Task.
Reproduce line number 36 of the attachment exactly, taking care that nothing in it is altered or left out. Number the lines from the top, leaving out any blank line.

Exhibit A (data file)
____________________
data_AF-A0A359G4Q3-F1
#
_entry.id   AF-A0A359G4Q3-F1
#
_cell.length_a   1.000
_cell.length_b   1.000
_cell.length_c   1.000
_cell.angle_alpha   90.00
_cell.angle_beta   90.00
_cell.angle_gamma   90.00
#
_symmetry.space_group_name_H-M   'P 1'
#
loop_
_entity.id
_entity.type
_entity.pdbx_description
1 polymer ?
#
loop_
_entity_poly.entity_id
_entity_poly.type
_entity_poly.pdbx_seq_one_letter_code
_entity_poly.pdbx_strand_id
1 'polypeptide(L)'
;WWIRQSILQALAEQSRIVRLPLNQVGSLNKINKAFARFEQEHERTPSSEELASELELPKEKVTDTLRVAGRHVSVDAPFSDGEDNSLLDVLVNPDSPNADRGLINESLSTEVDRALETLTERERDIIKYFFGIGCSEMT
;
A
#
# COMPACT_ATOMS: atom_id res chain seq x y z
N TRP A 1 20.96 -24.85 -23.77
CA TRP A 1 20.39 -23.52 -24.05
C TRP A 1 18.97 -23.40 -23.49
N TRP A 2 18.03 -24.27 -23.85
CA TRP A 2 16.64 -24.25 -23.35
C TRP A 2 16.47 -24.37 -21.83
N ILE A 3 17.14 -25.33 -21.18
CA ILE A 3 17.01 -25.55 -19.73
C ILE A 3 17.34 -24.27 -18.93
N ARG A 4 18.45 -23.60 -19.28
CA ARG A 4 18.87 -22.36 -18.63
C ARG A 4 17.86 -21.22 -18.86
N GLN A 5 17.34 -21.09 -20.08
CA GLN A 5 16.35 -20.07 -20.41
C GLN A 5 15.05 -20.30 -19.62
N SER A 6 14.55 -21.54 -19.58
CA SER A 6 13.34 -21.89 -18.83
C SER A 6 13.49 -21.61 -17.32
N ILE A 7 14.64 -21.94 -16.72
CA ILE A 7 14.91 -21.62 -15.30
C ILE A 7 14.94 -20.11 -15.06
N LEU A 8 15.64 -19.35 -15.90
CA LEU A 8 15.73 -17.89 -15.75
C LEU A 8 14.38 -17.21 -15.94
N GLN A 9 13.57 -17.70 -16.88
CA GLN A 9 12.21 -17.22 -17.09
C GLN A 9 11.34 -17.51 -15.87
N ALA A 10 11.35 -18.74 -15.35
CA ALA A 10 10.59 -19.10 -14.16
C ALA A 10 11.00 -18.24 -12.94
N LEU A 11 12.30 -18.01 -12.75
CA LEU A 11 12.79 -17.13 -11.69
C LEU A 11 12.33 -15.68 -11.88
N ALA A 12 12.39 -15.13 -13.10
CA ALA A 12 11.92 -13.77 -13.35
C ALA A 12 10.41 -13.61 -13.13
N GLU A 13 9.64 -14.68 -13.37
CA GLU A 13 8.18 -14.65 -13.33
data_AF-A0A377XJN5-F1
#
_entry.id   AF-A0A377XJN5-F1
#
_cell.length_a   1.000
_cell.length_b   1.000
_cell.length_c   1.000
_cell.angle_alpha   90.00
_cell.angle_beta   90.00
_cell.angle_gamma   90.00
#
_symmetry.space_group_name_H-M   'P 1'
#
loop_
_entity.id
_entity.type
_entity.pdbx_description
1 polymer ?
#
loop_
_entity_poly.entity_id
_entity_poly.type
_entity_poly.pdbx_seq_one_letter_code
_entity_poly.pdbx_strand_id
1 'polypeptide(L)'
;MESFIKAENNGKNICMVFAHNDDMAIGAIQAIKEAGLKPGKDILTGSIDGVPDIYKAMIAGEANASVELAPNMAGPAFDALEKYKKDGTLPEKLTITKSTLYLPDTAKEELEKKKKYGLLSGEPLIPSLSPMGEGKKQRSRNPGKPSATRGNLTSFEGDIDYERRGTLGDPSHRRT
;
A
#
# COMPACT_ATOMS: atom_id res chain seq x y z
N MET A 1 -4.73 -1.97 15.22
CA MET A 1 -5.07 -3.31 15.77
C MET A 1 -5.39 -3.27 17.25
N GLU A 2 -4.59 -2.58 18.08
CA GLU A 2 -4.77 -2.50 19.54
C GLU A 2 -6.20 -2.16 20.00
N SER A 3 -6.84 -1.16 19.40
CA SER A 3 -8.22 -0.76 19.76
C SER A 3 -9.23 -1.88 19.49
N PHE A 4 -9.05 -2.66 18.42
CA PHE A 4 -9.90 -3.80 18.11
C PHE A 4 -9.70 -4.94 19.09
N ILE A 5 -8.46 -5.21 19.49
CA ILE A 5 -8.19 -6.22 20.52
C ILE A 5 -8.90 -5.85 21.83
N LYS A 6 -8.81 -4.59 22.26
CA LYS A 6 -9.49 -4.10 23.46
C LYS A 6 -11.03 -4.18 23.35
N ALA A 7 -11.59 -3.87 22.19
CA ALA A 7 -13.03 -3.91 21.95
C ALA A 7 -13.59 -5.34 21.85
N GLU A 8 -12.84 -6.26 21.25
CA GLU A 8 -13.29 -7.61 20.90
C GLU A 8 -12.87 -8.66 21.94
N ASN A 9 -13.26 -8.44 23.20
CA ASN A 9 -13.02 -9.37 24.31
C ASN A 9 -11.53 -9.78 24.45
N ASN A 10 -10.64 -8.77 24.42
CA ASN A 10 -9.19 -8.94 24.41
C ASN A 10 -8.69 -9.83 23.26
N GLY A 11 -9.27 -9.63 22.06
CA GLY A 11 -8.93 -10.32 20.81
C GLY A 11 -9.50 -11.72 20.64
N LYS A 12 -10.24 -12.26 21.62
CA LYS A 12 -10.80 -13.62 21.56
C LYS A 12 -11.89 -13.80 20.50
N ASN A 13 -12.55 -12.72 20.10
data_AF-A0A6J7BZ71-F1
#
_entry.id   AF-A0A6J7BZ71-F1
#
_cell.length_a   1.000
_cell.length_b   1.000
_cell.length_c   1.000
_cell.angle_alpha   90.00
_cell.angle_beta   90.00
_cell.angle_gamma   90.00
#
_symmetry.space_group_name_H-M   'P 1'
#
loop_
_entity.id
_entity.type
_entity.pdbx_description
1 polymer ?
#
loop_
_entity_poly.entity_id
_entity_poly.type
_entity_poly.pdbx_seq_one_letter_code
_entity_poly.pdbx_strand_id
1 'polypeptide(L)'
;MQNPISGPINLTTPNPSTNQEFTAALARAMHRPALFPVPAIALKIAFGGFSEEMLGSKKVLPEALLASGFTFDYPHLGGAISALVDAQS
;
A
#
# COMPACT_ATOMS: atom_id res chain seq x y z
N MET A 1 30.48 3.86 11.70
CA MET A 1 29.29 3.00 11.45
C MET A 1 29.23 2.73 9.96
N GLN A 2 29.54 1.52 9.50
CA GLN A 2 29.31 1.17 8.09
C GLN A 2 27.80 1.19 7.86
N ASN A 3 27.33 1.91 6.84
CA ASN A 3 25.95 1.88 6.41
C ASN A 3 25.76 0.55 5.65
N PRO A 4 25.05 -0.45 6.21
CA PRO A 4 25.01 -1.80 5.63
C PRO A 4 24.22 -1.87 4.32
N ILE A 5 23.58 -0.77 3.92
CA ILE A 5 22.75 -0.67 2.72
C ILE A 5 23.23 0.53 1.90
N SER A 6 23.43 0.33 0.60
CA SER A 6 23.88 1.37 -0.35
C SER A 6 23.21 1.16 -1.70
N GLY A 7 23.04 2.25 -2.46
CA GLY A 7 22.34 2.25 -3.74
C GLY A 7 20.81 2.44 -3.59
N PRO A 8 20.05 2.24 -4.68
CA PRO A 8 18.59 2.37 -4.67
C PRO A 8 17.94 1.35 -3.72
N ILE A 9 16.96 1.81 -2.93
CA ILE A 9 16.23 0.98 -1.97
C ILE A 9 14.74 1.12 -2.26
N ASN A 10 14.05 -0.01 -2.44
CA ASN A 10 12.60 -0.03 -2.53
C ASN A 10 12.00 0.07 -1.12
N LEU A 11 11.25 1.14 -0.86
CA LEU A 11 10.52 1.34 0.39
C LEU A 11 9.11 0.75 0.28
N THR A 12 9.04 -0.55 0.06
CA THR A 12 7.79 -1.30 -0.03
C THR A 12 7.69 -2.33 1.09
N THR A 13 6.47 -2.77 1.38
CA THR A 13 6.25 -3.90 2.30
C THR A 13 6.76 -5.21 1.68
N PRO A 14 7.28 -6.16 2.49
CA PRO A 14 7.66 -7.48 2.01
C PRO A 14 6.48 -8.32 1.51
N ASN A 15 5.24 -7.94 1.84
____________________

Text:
C TRP A 2 16.47 -24.37 -21.83